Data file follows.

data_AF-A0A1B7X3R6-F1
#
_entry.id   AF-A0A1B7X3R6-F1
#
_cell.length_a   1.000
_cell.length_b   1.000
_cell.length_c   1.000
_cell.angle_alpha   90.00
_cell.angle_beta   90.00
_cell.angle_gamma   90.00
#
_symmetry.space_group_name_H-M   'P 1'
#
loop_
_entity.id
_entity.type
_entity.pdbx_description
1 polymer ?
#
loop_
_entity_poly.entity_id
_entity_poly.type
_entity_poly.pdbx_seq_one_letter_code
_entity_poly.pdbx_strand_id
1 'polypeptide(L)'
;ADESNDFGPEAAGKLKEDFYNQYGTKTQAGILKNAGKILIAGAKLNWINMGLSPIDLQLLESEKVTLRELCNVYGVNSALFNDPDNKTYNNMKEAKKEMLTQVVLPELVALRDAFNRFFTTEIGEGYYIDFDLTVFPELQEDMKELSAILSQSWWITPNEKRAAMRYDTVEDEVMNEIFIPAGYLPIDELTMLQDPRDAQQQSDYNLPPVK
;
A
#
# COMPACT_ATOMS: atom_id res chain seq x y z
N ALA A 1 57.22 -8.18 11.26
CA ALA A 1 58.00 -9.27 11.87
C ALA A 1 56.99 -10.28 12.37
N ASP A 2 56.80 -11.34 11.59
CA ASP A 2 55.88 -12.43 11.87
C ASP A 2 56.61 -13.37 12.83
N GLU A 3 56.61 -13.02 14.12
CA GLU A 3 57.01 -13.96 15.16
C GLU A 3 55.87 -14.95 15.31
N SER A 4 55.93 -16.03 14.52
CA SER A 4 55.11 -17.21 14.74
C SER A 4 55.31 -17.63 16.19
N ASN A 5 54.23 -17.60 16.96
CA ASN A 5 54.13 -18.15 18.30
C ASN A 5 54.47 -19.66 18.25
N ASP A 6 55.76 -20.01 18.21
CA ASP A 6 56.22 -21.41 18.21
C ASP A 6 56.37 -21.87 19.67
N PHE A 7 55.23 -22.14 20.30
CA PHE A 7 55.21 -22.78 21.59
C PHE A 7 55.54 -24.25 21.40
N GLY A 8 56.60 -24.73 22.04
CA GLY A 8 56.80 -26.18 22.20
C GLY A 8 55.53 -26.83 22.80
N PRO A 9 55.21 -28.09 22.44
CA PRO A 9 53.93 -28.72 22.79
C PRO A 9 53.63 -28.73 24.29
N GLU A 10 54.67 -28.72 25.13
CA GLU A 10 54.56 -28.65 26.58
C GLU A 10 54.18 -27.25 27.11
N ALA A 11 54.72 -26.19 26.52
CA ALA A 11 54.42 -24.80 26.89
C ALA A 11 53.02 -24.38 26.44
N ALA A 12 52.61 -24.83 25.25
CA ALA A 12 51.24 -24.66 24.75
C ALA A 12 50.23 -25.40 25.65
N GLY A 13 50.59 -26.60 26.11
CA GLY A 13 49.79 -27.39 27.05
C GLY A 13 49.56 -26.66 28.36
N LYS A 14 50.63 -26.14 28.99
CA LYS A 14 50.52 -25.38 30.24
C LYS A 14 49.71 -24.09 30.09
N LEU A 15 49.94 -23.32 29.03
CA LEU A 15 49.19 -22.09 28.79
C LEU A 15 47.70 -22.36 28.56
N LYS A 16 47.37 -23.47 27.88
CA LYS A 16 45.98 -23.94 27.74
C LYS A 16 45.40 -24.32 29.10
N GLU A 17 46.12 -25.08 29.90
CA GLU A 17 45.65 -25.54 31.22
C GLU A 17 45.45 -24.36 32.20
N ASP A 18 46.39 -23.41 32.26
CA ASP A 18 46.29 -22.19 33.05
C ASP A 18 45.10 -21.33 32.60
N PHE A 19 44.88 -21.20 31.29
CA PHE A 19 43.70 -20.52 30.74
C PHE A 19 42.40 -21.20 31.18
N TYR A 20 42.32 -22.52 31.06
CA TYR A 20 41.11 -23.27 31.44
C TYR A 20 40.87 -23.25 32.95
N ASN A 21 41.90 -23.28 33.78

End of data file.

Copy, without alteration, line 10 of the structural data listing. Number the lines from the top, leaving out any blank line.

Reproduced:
_cell.angle_gamma   90.00